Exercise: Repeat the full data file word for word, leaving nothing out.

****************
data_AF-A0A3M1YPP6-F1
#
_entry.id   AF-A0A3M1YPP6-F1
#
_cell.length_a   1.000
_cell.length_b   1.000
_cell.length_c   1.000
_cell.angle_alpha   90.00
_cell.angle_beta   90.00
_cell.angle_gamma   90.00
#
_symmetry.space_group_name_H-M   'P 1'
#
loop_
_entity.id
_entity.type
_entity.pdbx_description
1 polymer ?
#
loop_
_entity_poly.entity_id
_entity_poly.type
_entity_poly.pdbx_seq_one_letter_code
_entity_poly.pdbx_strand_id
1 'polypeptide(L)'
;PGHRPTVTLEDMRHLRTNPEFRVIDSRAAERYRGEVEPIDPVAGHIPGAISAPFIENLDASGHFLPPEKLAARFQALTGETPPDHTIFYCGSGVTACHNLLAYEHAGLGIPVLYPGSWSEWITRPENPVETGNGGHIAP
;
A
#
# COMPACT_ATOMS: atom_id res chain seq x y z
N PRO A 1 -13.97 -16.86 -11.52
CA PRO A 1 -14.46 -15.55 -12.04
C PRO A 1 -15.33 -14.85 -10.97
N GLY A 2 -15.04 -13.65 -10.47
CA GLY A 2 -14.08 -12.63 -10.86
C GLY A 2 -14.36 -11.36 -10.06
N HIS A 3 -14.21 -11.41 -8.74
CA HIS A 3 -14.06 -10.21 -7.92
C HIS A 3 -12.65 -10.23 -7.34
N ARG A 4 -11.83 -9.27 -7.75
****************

data_AF-A0A3M1YPP6-F1
#
_entry.id   AF-A0A3M1YPP6-F1
#
_cell.length_a   1.000
_cell.length_b   1.000
_cell.length_c   1.000
_cell.angle_alpha   90.00
_cell.angle_beta   90.00
_cell.angle_gamma   90.00
#
_symmetry.space_group_name_H-M   'P 1'
#
loop_
_entity.id
_entity.type
_entity.pdbx_description
1 polymer ?
#
loop_
_entity_poly.entity_id
_entity_poly.type
_entity_poly.pdbx_seq_one_letter_code
_entity_poly.pdbx_strand_id
1 'polypeptide(L)'
;PGHRPTVTLEDMRHLRTNPEFRVIDSRAAERYRGEVEPIDPVAGHIPGAISAPFIENLDASGHFLPPEKLAARFQALTGETPPDHTIFYCGSGVTACHNLLAYEHAGLGIPVLYPGSWSEWITRPENPVETGNGGHIAP
;
A
#
# COMPACT_ATOMS: atom_id res chain seq x y z
N PRO A 1 -13.97 -16.86 -11.52
CA PRO A 1 -14.46 -15.55 -12.04
C PRO A 1 -15.33 -14.85 -10.97
N GLY A 2 -15.04 -13.65 -10.47
CA GLY A 2 -14.08 -12.63 -10.86
C GLY A 2 -14.36 -11.36 -10.06
N HIS A 3 -14.21 -11.41 -8.74
CA HIS A 3 -14.06 -10.21 -7.92
C HIS A 3 -12.65 -10.23 -7.34
N ARG A 4 -11.83 -9.27 -7.75